If your employer's insurer denied your workers' compensation claim, you may wonder if it's okay to appeal your case. If you completed all of the correct forms and medical exams needed for your claim, then yes, it's possible to file an appeal with workers' comp. However, you must be able to prove your case properly. Here are some things you may consider when appealing your denied workers' compensation claim.
Make Sure Your Employer Filed Your Forms
One of the biggest reasons workers' compensation claims are denied is a lack of paperwork. If your employer didn't submit all of your forms to their insurer during and after your accident, you can lose your claim for benefits. Workers' comp can't approve your claim without evidence of your accident.
Your employer or company's human resource office can check your file to see if it contains copies of your accident injury forms, including a First Report of Injury or Illness form. The form should list the time, date, and location of the accident, including a list of people who witnessed the incident. If you sought emergency room care after the incident, the form should list this information as well.
If your file lacks the First Report of Injury or Illness form, or any forms pertaining to your accident, contact a workers' compensation attorney right away.
Get the Legal Help You Need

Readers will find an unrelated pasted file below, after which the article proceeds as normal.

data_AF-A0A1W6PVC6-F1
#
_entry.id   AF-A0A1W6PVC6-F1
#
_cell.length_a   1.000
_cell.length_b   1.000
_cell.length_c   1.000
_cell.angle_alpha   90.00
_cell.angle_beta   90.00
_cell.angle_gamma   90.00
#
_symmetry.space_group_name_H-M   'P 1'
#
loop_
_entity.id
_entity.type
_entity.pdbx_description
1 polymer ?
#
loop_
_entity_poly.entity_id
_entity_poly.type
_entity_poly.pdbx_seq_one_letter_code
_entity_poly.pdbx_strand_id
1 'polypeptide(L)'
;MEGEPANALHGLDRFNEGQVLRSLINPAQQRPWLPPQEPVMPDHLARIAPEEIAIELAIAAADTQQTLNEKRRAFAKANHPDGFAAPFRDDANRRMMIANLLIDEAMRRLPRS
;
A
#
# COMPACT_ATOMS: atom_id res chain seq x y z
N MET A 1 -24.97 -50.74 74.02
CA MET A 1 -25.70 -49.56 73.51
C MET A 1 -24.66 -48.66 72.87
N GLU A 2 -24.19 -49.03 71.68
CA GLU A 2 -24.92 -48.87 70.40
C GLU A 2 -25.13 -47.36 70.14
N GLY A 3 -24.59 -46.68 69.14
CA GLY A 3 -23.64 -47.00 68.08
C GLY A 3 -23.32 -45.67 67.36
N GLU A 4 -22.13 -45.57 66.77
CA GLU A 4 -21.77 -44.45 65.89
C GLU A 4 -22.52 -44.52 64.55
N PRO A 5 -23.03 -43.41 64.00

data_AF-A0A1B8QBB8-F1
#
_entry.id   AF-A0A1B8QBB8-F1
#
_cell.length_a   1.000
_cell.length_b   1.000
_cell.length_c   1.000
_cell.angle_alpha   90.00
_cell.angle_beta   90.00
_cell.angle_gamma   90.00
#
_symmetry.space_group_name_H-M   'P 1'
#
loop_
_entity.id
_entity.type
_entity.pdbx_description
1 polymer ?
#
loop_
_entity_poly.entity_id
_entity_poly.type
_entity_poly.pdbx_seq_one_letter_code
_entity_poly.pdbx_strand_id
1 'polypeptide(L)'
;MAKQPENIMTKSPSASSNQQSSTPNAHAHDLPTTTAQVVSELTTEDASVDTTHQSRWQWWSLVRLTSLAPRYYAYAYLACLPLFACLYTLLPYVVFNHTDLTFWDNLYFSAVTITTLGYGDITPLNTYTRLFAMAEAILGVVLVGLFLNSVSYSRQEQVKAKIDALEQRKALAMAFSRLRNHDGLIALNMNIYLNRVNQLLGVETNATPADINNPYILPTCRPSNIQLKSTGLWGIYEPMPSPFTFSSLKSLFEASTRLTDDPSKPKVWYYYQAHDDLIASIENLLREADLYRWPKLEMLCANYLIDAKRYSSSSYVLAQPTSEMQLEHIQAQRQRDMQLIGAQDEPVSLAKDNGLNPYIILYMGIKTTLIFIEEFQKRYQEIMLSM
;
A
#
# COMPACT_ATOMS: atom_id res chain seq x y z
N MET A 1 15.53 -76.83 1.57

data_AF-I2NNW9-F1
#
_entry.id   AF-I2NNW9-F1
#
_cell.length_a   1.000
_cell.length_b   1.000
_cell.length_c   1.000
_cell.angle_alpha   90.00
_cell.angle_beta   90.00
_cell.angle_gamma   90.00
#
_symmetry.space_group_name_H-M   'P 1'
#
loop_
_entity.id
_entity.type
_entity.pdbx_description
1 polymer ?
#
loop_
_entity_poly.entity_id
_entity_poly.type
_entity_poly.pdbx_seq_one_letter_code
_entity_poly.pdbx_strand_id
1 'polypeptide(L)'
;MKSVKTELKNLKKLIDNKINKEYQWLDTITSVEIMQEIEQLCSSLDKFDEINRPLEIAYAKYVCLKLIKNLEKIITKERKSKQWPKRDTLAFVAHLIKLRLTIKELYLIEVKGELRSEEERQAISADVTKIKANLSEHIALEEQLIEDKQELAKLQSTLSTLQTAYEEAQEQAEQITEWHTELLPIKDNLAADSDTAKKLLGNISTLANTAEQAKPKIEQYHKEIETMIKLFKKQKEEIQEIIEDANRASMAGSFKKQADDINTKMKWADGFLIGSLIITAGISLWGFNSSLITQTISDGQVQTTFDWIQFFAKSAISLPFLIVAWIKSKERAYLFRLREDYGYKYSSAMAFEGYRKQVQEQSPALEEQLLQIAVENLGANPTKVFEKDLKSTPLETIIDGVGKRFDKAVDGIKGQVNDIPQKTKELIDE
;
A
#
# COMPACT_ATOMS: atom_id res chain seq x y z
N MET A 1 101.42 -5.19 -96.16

An attorney may try to find out why your employee file lacks copies of your accident forms. A lawyer may ask your employer or human resource office directly, or they may send a request form to your employer through the mail. If the employer states that they submitted all of your paperwork to their insurer, an attorney may contact the insurance company to verify this information. If the insurance company doesn't have all of your correct forms, a workers' compensation lawyer may pursue your case in court.
An attorney will need to prove that your employer was negligent in submitting your forms on time. Although it doesn't occur with every job, some employers can refuse to pay their injured workers benefits to save money on expenses. The employers may lose the injury forms, or they may blame the accident on their employees. If your employer did any of these things, an attorney needs to discover why.
Once an attorney has the evidence they need against your employer, they'll move forward with your case or claim. An attorney will update you about your case until it is completed.
If you need help disputing or appealing your denied workers' compensation claim, contact a lawyer today.